>It's foot soaking and reflecting time. We woke up dark and early (the sun doesn't come up until after 6:30) and headed over to the USS Arizona Memorial. Tickets to the memorial are distributed on a first-come-first-serve basis at 7:30, and it is definitely true that if you snooze, you lose. Husband and I got into a long line at 7:00, reached the ticket counter at 8, and received tickets for the 9:00 AM tour. (By the time we left at 10:30, the day's tours were fully booked. The last tour, incidentally, is at 3:00.)
Three things really struck me while I was there. First, I was distraught at how the museum glossed over the gross inequities among servicemen. For example, it mentioned a brand new club that military men could enjoy, but neglected to mention that only white servicemen were allowed in, since the military was segregated. As usual, minorities got the shittiest jobs. Also, given the number of Hawaiians and Asians who served, I thought more attention should be paid to how they were discriminated against and even illegally rounded up. It's always pained me that while some guys - Asian, black, other "non-white" - were off fighting, their families suffered under Jim Crow and in interment camps. I realize that this is not the point of the memorial, but to me, the people who died serving a country that didn't treat them fairly deserve even more recognition for their sacrifices. (Husband pointed out that the museum is super tiny and they are trying to raise money to expand it, so maybe this will be addressed.)
I was incredibly distressed to learn that the servicemen didn't have to be caught so unaware by the attack. It seems that two guys monitoring the radar equipment noticed a fleet unexpectedly coming in. They checked and re-checked the equipment to make sure it wasn't malfunctioning, and when it still showed unexpected activity, they called it in. The guy at the information center was new - it was his first day - and he told them to ignore it. It seems that a delivery of new aircraft were due from California that day, and he assumed that is what was showing up on the radar. As a result, no warning was sounded. Over 2,000 people died. Incidentally, many Hawaiian citizens died that day as well when anti-aircraft shells misfired and fell on Honolulu. The whole thing was a tragedy that maybe could have been less severe if that info center guy took some time to verify what was going on.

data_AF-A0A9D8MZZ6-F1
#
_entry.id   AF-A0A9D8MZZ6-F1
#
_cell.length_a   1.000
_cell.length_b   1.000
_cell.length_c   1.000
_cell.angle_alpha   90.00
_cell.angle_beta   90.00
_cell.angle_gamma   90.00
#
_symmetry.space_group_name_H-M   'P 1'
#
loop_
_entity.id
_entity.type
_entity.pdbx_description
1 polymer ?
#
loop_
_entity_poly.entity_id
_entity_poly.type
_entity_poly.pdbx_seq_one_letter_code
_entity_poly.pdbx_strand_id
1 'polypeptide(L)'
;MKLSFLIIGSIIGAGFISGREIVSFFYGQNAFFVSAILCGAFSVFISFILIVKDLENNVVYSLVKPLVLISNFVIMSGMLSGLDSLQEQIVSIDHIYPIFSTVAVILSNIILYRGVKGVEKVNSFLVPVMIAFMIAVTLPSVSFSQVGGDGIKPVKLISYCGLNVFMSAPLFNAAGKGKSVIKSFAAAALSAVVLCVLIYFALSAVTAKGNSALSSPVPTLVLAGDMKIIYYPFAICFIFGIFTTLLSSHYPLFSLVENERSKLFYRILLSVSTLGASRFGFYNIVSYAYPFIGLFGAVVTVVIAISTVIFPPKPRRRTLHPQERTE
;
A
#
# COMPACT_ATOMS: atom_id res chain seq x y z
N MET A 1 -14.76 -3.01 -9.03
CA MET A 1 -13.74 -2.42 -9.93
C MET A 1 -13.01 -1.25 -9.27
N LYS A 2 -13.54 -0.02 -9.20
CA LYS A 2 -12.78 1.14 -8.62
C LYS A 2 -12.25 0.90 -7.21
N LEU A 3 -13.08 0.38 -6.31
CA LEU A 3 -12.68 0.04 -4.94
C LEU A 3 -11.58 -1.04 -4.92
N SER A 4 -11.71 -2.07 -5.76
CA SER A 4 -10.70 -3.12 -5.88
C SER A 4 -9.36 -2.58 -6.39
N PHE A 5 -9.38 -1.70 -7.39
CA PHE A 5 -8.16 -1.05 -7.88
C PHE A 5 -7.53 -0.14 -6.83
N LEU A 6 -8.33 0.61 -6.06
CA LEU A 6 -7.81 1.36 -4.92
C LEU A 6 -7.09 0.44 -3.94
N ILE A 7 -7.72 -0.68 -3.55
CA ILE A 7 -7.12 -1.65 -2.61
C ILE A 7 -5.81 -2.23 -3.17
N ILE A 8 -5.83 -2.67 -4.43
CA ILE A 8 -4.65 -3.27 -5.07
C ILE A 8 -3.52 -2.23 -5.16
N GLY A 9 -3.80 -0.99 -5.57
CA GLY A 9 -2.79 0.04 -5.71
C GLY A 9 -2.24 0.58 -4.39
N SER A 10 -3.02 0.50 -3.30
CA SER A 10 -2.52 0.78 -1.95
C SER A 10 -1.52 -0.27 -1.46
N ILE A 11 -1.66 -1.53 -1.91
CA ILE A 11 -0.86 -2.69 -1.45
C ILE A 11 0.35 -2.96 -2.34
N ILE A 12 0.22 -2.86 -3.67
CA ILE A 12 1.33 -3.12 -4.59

On a positive note, my guidebook notes that the Japanese may have been successful in reaching a high death toll and fucking up many ships, but their focus on ships probably ultimately cost them the war. Turns out that a better target would have been the fuel tanks behind the ships and airfields. These tanks powered all of America's Pacific Fleet. According to the book, "If a single bomb had been dropped on just one of the tanks, it could have set them all ablaze. It would have a taken a year to replace that fuel. A year that our aircraft carriers would have sat idle without any gas. A year that the Japanese Navy would have had free reign." So at least that was a good outcome from a horrific event.
Overall, despite my nitpicking, the memorial was heart-rending and very emotional. I am so glad that we had the opportunity to see it. The USS Arizona is under 40 feet of water, so only the very tips of the ship are visible. Although it continues to leak oil to this day (some call it the tears of the dead), many beautiful fish were swimming around the gun turrets and other areas, almost in tribute to those who lost their lives. It was hard not to cry thinking about that fateful day.
After the memorial, Husband and I explored a WWII US submarine, the USS Bowfish. The recorded audio tour was done by the men who served on the sub, and hey had great senses of humor. It was a lot of fun. The sub sank over 40 Japanese ships, if I remember correctly. (It was a lot.)
Since we didn't leave until well after 1 pm, and my foot hurt a little, and we were really hungry, we skipped today's planned hike up a cliff. We'll try to do something athletic tomorrow after we take a tour of a former sugar plantation. The tour guides are all former workers, and they discuss what life was like on a plantation from their perspective, so I am very excited for this.